Quick question: What's the fastest way to make millions in the stock market? 

Answer: Buy a handful of high-quality stocks and ride them to riches.

Unfortunately, it's not always that simple. Although investors may think they have a lock on knowing what and when to buy, more often than not they forget the flip side of that equation -- knowing when to sell.

Parting is such sweet sorrow
Investors may be able to hang on to some stocks for years or even decades, but fundamentals can change, and the reasons for owning a stock in the first place may no longer apply. None of us likes to admit that we're holding a loser, but investors need to examine their situations dispassionately. There's a big psychological barrier in place when it comes to selling stocks, so if you can get around that wall and let go of investments at the appropriate times, you'll be light-years ahead of most.

For example, take this year's sell-off in financial stocks. Falling housing prices and troubles in the mortgage market slammed financials across the board. This has been an equal-opportunity sell-off that has punished stocks regardless of whether their underlying fundamentals have been affected.

Put simply, times like these call on investors to re-evaluate their holdings.

Don't forget the baby and the bathwater
Some financial stocks have been beaten down but are still well-positioned for the long term. I'm thinking of a company like State Street (NYSE:STT), for instance, which is off more than 20% from its 52-week high. Even battered Morgan Stanley (NYSE:MS) and Merrill Lynch (NYSE:MER) -- both of which have been cut in half since last summer -- still have strong brands (Interbrand ranks both among the top 40 global brands) and operational diversification. While the subprime problems that caused their stock demise are still quite real, over the next decade or more, Merrill and Morgan should be able to right the ship.

On the other hand, some companies have been inflicted with long-term damage from the credit-market fallout. It was unlikely that Countrywide Financial (NYSE:CFC), which has significant mortgage exposure, would have revisited its recent highs, thus explaining its buyout offer from Bank of America (NYSE:BAC).

In cases like these, investors may need to give serious thought to selling. And although many will choose to hold, hoping to regain some lost ground, it can be more worthwhile to cut your losses and redirect that money elsewhere.

Bringing in the backup
Of course, if you don't have the stomach to constantly reassess whether it's time to sell your stocks, here's another idea -- invest in mutual funds. Why not let an industry expert worry about making the sell decision? After all, he or she generally has access to information, resources, and personnel that individual investors do not.

But there's a caveat to funds: You have to be selective. There's a lot of investing talent out there, but you'll have to sort through some not-so-good funds to find it. That's my goal at Motley Fool Champion Funds -- I sift through the mountains of funds and find the freshest money-making ideas out there. And our team has managed to do a pretty good job at it, too.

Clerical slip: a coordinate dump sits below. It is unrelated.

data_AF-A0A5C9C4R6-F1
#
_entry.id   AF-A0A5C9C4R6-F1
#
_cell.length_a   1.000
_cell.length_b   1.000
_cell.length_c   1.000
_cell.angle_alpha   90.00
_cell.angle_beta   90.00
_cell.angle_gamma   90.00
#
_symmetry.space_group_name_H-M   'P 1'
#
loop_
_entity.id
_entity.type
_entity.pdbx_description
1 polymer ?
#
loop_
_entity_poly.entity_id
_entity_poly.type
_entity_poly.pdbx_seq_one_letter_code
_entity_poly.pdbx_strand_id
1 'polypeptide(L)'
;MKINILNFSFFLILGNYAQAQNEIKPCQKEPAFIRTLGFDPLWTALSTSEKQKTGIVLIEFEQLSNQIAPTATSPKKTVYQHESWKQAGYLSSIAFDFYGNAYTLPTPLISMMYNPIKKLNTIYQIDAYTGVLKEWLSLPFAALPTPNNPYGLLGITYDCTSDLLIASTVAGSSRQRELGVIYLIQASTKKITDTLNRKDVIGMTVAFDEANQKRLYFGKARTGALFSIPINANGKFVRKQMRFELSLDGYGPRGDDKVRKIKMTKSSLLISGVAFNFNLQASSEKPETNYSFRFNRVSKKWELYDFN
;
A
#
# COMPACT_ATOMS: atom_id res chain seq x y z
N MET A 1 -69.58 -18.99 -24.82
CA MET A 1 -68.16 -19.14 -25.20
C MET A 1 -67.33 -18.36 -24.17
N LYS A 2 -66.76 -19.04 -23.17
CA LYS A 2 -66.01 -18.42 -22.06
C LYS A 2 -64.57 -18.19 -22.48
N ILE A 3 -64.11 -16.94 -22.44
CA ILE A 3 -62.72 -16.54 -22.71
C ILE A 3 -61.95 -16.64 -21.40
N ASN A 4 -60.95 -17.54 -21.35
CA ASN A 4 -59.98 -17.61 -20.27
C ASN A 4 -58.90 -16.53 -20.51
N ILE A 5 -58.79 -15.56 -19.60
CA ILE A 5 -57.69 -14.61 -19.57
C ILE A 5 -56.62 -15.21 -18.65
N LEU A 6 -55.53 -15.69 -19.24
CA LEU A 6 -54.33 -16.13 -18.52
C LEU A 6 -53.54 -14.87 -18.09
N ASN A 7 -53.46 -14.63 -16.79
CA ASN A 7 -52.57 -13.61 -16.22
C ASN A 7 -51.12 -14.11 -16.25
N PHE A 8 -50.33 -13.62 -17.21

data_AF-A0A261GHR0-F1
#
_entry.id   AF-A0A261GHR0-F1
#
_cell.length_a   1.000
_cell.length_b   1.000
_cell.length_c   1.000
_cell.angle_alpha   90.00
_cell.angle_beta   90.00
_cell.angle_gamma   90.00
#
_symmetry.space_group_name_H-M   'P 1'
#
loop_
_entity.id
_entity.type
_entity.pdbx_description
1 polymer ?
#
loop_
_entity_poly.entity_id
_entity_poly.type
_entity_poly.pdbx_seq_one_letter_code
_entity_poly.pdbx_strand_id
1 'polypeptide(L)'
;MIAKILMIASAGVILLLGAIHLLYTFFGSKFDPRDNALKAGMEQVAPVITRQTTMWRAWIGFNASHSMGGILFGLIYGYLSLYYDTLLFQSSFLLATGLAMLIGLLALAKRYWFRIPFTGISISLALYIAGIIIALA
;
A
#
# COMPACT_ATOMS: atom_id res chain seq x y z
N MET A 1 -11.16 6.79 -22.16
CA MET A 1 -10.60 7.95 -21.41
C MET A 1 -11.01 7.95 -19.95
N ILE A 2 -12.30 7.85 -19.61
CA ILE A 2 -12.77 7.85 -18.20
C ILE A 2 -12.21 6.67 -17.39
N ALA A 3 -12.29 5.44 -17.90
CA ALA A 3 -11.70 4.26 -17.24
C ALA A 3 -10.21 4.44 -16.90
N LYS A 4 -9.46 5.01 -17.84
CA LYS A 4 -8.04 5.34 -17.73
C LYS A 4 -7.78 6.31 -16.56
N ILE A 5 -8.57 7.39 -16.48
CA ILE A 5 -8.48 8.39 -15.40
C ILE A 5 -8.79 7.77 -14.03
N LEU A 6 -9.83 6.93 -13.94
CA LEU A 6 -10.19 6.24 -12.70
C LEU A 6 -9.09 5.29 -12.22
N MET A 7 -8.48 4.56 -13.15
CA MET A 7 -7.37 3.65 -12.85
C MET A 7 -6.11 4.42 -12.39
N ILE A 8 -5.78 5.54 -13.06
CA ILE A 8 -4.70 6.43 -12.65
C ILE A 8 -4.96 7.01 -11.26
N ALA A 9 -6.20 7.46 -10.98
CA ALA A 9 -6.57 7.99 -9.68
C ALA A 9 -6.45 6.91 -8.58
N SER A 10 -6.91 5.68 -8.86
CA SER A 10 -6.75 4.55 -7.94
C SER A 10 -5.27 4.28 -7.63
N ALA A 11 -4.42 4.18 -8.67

Know when to fold 'em
If you want to talk about knowing when to sell, Ken Heebner, skipper of Champion Funds recommendation CGM Focus, shows us how to play the game right. The fund has wide latitude in determining the stocks to buy, but Heebner also keeps a careful watch on when to sell his positions. He will sell a stock if its investment expectations are not being met, if better opportunities are available, or if it has met its price target.

Using these criteria, Heebner made a call to sell back at the height of the tech bubble and avoided the deep losses of the ensuing bear market. A contrarian at heart, he correctly concluded that many tech stocks were overvalued back in 2000 and 2001, based on traditional price-to-earnings and price-to-sales measures. Predicting that these stocks would decline, he shorted many of them, such as Level 3 Communications (NASDAQ:LVLT). He rerouted the money into more attractively priced value stocks, including a number of homebuilders, which subsequently took off.

That's just good money management
Despite all the hype of the late-1990s bull market, Heebner was able to evaluate his holdings, the general valuations in the market, and the overall economic conditions objectively, and he concluded that he needed to sell. Many were too caught up in the outsized gains that tech stocks had produced in the previous years to let go of their shares. But instead of getting tripped up by emotions, Heebner paid attention to valuations and other market fundamentals. He read the writing on the wall. Most of us can learn something from his example.

These moves helped boost CGM Focus to a cumulative 86.9% gain during the bear market of 2000 through 2002 -- this at a time when the S&P 500 Index lost a cumulative 37.6%! Imagine having that expertise on your side during difficult market environments.

You can learn more about CGM Focus and all of our other fund picks by taking a free 30-day trial of Champion Funds.

This article was first published March 26, 2008. It has been updated.

Amanda Kish , CFA, directs the Motley Fool Champion Funds newsletter service. At the time of publication, she did not own any companies mentioned. CGM Focus is a Champion Funds recommendation. Bank of America is an Income Investor selection. The Fool has a disclosure policy.